Spring Training has been underway for almost two weeks, filled with promise for the new season, with the prospect of disappointment far off. The same applies, partly, in the media and tech offerings for those of us following the game from outside the US.
ESPN America will soon be broadcasting Spring Training games, but for the second year in a row only from the Grapefruit League in Florida. Repeated e-mails asking why they refuse to carry games from Arizona go unanswered. NASN, which ESPN bought a couple of years ago, carried games from both Florida and Arizona. One wonders why it is so much harder for ESPN to do so? Or is this just another example of the East Coast bias one constantly encounters in American baseball coverage?
Fortunately there is an alternative to ESPN America (which they seem slow in grasping), the many offerings from MLB.tv, including Gameday Audio. The various MLB.tv packages for 2012 have now gone on sale. This year there is a major improvement. Last year, if you bought an MLB.tv package, you could watch and listen to the games on their excellent At Bat iPhone and iPad apps. But you had to actually pay extra for each of the apps, which seemed like a rip-off to many. This year, if you subscribe to MLB.tv, the apps are free. They are supposed to appear today.
But one thing still seems uncertain. If you access Gameday Audio on a computer, not only can you listen to games live, you can listen to any game afterwards on-demand. This feature has not been included in the In Bat apps. This is particularly strange, since you could listen to archived games on a netbook, but not on an iPad. Even if you tried to just access the MLB site with a browser, you couldn’t do anything, because the iPad lacks Flash. Since rival Android tablets and smartphones do run Flash, this restriction makes no sense, and may explain why the apps are suddenly free.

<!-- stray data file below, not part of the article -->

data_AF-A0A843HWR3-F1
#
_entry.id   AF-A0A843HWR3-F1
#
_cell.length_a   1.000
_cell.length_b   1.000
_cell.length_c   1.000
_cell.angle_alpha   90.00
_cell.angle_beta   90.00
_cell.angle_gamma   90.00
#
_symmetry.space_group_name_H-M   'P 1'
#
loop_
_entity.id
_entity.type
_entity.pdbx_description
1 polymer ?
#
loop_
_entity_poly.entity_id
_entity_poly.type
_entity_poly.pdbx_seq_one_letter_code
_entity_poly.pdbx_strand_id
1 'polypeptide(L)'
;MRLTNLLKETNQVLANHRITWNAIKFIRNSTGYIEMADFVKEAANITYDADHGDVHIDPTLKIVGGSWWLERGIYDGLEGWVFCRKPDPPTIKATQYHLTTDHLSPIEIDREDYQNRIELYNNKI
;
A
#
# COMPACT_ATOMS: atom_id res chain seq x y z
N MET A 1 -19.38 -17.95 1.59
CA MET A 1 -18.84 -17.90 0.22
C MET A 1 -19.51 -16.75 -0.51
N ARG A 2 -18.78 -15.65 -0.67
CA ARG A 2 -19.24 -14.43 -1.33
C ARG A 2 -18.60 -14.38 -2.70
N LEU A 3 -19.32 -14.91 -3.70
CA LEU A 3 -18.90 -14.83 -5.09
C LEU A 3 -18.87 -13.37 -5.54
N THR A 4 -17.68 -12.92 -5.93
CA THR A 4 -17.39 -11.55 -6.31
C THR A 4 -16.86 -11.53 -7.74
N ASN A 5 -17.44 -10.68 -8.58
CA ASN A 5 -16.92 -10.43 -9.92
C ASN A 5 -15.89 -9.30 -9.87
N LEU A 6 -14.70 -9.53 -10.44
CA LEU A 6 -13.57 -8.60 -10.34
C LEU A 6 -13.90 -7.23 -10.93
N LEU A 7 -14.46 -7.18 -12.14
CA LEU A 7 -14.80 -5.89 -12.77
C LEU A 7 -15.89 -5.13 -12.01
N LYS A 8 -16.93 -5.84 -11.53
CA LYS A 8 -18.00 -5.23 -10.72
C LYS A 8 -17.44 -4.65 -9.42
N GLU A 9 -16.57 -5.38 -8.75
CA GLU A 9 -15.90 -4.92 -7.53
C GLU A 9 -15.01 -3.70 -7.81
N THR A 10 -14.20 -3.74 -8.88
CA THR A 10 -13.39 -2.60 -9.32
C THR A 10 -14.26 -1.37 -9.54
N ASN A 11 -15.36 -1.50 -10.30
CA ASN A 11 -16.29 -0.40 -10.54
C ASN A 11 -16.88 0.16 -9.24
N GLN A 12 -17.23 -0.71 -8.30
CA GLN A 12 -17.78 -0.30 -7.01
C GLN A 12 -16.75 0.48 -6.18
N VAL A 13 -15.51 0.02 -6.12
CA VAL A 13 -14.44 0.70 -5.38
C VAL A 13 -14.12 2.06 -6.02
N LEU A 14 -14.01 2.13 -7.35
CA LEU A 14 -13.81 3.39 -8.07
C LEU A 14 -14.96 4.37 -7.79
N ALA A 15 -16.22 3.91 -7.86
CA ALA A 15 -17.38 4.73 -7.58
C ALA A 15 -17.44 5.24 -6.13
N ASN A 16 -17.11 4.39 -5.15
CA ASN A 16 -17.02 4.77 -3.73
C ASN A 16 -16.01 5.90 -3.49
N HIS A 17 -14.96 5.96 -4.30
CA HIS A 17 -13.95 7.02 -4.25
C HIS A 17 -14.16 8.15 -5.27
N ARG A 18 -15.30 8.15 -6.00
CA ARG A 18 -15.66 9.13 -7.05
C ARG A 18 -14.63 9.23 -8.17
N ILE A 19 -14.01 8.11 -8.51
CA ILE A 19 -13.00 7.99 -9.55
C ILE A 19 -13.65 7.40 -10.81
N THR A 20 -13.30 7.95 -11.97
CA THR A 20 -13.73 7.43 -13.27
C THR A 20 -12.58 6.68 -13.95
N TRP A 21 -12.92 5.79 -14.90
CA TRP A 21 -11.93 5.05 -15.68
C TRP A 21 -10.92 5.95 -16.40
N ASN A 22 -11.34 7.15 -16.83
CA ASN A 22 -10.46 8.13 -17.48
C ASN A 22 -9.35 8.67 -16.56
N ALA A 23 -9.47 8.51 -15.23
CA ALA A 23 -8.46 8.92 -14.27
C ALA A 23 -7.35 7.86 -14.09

You can watch archived video from games on iPhones and iPads, which can be an alternative. You can stick the phone in your pocket and listen. But this uses up a lot of bandwidth (and many have bandwidth caps) and sometimes the whole thing shuts down if you turn off the screen. And maybe people just want to listen to the radio broadcast.
In the middle of last season I asked Gameday Audio Support if they could consider adding archived games. Their response was along the lines of “that’s a good idea, we’ll think about it for an update”. No such update was forthcoming last season.
In early February I asked the same question again. The response:
The features of the mobile apps for this season are not yet available. They will be released closer to the start of Spring Training games.
We can only hope (although we probably won’t know until the first game of the new season).
Saturday’s amazing upset by the Netherlands over the Dominican Republic in the World Baseball Classic showed the world European baseball is not to be laughed at.
Even though they won by the narrowest of margins, 3-2, beating one of the very best nations in baseball was a remarkable achievement, especially considering that except for veteran pitcher Sidney Ponson, the Dutch team consisted of players from the American minor leagues (mostly A level) and the Dutch league. The team they defeated had major league players, some All-Stars and MVPs, at every position.
The Dutch may have scored all their runs in the first inning through a series of flukes and bloopers, but they held on to beat the mighty Dominicans. It was certainly no disgrace to be shut-out for three innings by Pedro Martinez.
Three years ago the Dutch upset Panama in the first World Baseball Classic. That was a surprise, but Panama is no where near the powerhouse that is the Dominican Republic. No matter what the Netherlands does in its game against Puerto Rico, its national team has established the quality of European baseball.